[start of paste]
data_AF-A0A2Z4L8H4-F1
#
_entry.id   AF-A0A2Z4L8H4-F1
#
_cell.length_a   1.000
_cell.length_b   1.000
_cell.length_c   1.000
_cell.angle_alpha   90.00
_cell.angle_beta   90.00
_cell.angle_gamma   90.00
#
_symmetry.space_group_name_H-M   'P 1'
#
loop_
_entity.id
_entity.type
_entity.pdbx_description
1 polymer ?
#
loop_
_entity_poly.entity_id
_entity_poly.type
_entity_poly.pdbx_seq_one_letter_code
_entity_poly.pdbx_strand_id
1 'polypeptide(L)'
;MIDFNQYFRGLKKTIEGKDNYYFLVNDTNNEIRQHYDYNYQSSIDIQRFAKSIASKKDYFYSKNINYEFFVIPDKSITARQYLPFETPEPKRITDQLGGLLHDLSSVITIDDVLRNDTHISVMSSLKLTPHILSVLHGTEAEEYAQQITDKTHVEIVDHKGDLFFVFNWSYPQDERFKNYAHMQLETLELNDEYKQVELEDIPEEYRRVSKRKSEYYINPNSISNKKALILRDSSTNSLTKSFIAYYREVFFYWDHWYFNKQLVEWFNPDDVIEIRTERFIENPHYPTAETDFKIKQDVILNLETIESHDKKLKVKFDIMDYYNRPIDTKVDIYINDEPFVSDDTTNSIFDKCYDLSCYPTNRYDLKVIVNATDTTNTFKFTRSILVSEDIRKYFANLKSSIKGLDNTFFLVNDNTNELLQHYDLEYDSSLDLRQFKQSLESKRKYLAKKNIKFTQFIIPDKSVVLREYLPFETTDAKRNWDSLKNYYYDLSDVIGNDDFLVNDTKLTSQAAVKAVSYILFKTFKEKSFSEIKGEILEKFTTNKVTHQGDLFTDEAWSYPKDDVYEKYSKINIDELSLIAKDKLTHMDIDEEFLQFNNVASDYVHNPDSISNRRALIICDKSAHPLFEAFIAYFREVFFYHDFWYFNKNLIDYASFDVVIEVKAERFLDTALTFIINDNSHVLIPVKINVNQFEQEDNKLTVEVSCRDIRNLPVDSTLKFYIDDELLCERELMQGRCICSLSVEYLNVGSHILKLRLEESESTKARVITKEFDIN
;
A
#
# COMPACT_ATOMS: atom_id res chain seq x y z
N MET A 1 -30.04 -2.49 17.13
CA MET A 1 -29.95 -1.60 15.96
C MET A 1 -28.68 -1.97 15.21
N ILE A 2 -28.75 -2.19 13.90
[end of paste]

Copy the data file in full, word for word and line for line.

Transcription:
data_AF-A0A2Z4L8H4-F1
#
_entry.id   AF-A0A2Z4L8H4-F1
#
_cell.length_a   1.000
_cell.length_b   1.000
_cell.length_c   1.000
_cell.angle_alpha   90.00
_cell.angle_beta   90.00
_cell.angle_gamma   90.00
#
_symmetry.space_group_name_H-M   'P 1'
#
loop_
_entity.id
_entity.type
_entity.pdbx_description
1 polymer ?
#
loop_
_entity_poly.entity_id
_entity_poly.type
_entity_poly.pdbx_seq_one_letter_code
_entity_poly.pdbx_strand_id
1 'polypeptide(L)'
;MIDFNQYFRGLKKTIEGKDNYYFLVNDTNNEIRQHYDYNYQSSIDIQRFAKSIASKKDYFYSKNINYEFFVIPDKSITARQYLPFETPEPKRITDQLGGLLHDLSSVITIDDVLRNDTHISVMSSLKLTPHILSVLHGTEAEEYAQQITDKTHVEIVDHKGDLFFVFNWSYPQDERFKNYAHMQLETLELNDEYKQVELEDIPEEYRRVSKRKSEYYINPNSISNKKALILRDSSTNSLTKSFIAYYREVFFYWDHWYFNKQLVEWFNPDDVIEIRTERFIENPHYPTAETDFKIKQDVILNLETIESHDKKLKVKFDIMDYYNRPIDTKVDIYINDEPFVSDDTTNSIFDKCYDLSCYPTNRYDLKVIVNATDTTNTFKFTRSILVSEDIRKYFANLKSSIKGLDNTFFLVNDNTNELLQHYDLEYDSSLDLRQFKQSLESKRKYLAKKNIKFTQFIIPDKSVVLREYLPFETTDAKRNWDSLKNYYYDLSDVIGNDDFLVNDTKLTSQAAVKAVSYILFKTFKEKSFSEIKGEILEKFTTNKVTHQGDLFTDEAWSYPKDDVYEKYSKINIDELSLIAKDKLTHMDIDEEFLQFNNVASDYVHNPDSISNRRALIICDKSAHPLFEAFIAYFREVFFYHDFWYFNKNLIDYASFDVVIEVKAERFLDTALTFIINDNSHVLIPVKINVNQFEQEDNKLTVEVSCRDIRNLPVDSTLKFYIDDELLCERELMQGRCICSLSVEYLNVGSHILKLRLEESESTKARVITKEFDIN
;
A
#
# COMPACT_ATOMS: atom_id res chain seq x y z
N MET A 1 -30.04 -2.49 17.13
CA MET A 1 -29.95 -1.60 15.96
C MET A 1 -28.68 -1.97 15.21
N ILE A 2 -28.75 -2.19 13.90